Article by Brett Okamoto
It’s been 26 months since Brendan Loughnane fought in the UFC’s Contender Series in Las Vegas. But even two years later, that night continues to define his career.
The 31-year-old is riding a seven-fight win streak and enters the 2021 playoffs as the No. 1 seed in his division. He is in his 12th year as a pro.
But for so many on the outside looking in, those 12 years boil down to that one moment in 2019.
“I’m always gonna be that guy,” said Loughnane, who defeated Bill Algeo on the Contender Series but was denied a contract by Dana White for not being enough of a “killer” — the UFC president believed Loughnane wasn’t actively looking for a finish. “If I walk into a new gym, it’s, ‘Oh, wow. You’re the guy from Contender.’ It’s not, ‘Wow, you’re the guy who is 21-3 as a pro.'”
Loughnane, who hails from Manchester, England, is used to this reality now, and he says it doesn’t really bother him. He can’t allow it to bother him. It’s part of who he is. It’s never going away. Regardless of anything Loughnane does between now and the end of his career, that moment will always be part of his story.
That story, however, is still being written. To be clear, it’s not as if this has become Loughane’s motivation. He’s not fighting to simply be remembered as more than “the guy from Contender.” But at the same time, he was forced to reassess his career after what happened in Las Vegas, and it put him on a path that led him to these PFL semifinals.
“To solidify myself as a world champion, after all those years of hard work and being told I couldn’t do it, would just solidify my career.” Brendan Loughnane
“I actually found an Instagram post from 2013 where I wrote down all of my goals,” Loughnane said. “And after the Contender fight, I’d accomplished all of them. So, at that time, there was a massive reassessment of my career, and ultimately it came down to becoming a world champion.
“That’s the one thing that’s eluded me in my career: a piece of gold. The PFL’s $1 million prize is $1 million, and I’m not brushing it off. But money comes and goes, and it will always come and go. To solidify myself as a world champion, after all those years of hard work and being told I couldn’t do it, would just solidify my career.”
A PFL championship in 2021 would not only solidify Loughnane’s career, it would solidify everything he’s been through since the start of last year.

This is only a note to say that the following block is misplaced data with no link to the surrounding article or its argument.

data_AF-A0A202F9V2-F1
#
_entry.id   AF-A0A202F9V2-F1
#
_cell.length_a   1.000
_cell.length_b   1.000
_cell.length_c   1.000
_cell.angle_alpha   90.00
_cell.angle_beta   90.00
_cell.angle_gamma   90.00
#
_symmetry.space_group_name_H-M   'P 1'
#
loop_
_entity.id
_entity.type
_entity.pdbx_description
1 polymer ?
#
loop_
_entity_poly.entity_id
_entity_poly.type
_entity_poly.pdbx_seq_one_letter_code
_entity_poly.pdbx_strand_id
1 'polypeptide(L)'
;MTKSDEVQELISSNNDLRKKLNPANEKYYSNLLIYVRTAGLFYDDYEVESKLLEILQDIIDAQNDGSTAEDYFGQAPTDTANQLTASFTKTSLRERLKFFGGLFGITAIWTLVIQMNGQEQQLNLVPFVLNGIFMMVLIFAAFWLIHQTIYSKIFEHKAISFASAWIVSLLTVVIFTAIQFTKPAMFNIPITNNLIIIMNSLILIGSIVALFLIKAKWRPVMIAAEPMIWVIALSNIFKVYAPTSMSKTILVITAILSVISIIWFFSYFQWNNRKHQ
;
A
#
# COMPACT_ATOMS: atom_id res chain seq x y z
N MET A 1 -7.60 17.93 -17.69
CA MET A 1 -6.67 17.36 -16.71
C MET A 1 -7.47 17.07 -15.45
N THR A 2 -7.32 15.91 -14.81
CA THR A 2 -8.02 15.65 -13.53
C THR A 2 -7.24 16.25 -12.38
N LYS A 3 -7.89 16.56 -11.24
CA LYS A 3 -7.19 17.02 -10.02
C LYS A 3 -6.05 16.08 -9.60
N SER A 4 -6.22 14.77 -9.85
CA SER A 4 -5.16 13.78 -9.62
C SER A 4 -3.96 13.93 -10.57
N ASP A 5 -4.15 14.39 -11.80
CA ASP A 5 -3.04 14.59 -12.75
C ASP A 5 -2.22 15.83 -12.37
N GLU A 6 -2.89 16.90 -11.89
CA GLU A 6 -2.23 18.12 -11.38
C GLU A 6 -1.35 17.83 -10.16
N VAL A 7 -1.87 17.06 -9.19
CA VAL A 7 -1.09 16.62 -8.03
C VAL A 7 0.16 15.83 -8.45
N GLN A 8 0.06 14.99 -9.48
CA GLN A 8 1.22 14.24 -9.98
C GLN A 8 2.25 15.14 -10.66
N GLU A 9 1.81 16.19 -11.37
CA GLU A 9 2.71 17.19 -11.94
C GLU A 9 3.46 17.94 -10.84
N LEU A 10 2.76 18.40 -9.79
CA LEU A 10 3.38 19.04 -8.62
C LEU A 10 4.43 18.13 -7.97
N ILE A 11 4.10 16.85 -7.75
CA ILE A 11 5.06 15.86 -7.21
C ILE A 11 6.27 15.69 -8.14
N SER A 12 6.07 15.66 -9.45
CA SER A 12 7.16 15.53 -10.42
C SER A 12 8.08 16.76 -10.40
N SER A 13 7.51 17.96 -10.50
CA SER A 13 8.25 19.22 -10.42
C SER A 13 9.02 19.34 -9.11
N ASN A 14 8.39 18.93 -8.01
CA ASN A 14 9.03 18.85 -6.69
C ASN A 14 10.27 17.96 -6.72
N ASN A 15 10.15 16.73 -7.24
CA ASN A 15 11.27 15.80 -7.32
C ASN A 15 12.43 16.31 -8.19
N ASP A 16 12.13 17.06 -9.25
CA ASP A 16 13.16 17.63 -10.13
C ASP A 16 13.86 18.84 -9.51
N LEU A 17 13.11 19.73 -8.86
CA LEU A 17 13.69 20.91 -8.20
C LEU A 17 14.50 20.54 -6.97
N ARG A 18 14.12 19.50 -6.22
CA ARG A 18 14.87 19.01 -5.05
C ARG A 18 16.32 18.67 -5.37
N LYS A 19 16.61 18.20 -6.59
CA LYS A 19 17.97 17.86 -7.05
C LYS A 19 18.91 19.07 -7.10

Perhaps no one was more eager for the start of the PFL’s 2020 season than Loughnane. His career was in limbo in 2019. After he was denied a contract with the UFC, Loughnane signed with the PFL — but not early enough to compete in the promotion’s 2019 season.
In January 2020, Loughnane moved to Thailand with a plan to make that his home base for the entire year. Of course, all of that was disrupted by COVID-19 and the cancelation of the PFL’s 2020 season.
At that point, Loughnane committed to leveling up his training no matter where in the world it required him to be.
“I just kept my foot on the gas,” Loughnane said. “I was sparring [with UFC bantamweight] Petr Yan for his title fight against Jose Aldo. I was sparring [with UFC lightweight] Rafael Fiziev. I headed to the U.K. in July because borders were closing, and then when England started to close, I went to Dubai and trained there for six months.”
The United Kingdom continued to maintain strict lockdown rules that varied as different waves of the pandemic struck through 2020 and early 2021. Loughnane made a few stops back in England, but for the most part his journey and preparation for the 2021 PFL season has kept him far from home.
“It’s been a bit of a roller coaster, to be honest,” he said. “I’ve trained for this fight in Las Vegas, so this is my third country in a space of less than a year. I’ve got no roots, really. I haven’t been home since last September. I’m in someone’s spare bedroom, training three times a day. I’ve just been flying around the world as this nomad martial artist.”
Thus far, the results have been good. Loughnane kicked off 2021 with a first-round knockout of UFC veteran Sheymon Moraes, less than three minutes into the fight. Then, in a bloody, physical battle with Ultimate Fighter alum Tyler Diamond, Loughnane emerged with a majority-decision win.
Brendan Loughnane, right, wasn’t able to catch on with the UFC, despite his dominant 2019 win over Bill Algeo in Dana White’s Contender Series.
As he prepares for Khaybulaev, the truth is that Loughnane’s career has already become much more than one moment on the Contender Series. But these next two fights are an opportunity to showcase just how far he’s come.
The undefeated Khaybulaev is not a household name, but he’s a suffocating wrestler from Dagestan with no glaring weaknesses. If Loughnane beats him, he will face either UFC veteran Chris Wade (19-6) or former NCAA champion wrestler Bubba Jenkins (16-4) in the final.
If everything goes according to his plans, Loughnane will return home for the first time in more than 15 months as a millionaire and PFL champion. Yes, he will still be the guy who controversially wasn’t given a UFC contract in 2019. But perhaps that will be a footnote in his career, instead of the leading line.
“I’ve said to myself I can’t go home until I’ve done it,” Loughnane said. “I just want to walk through my mum’s door with the belt and the check. I want to see my friends, see my god kids, my girlfriend — I want to see everything, and I want to do it with the belt. That’s what will make it for me. That’s the only way I’ll be content going home.”
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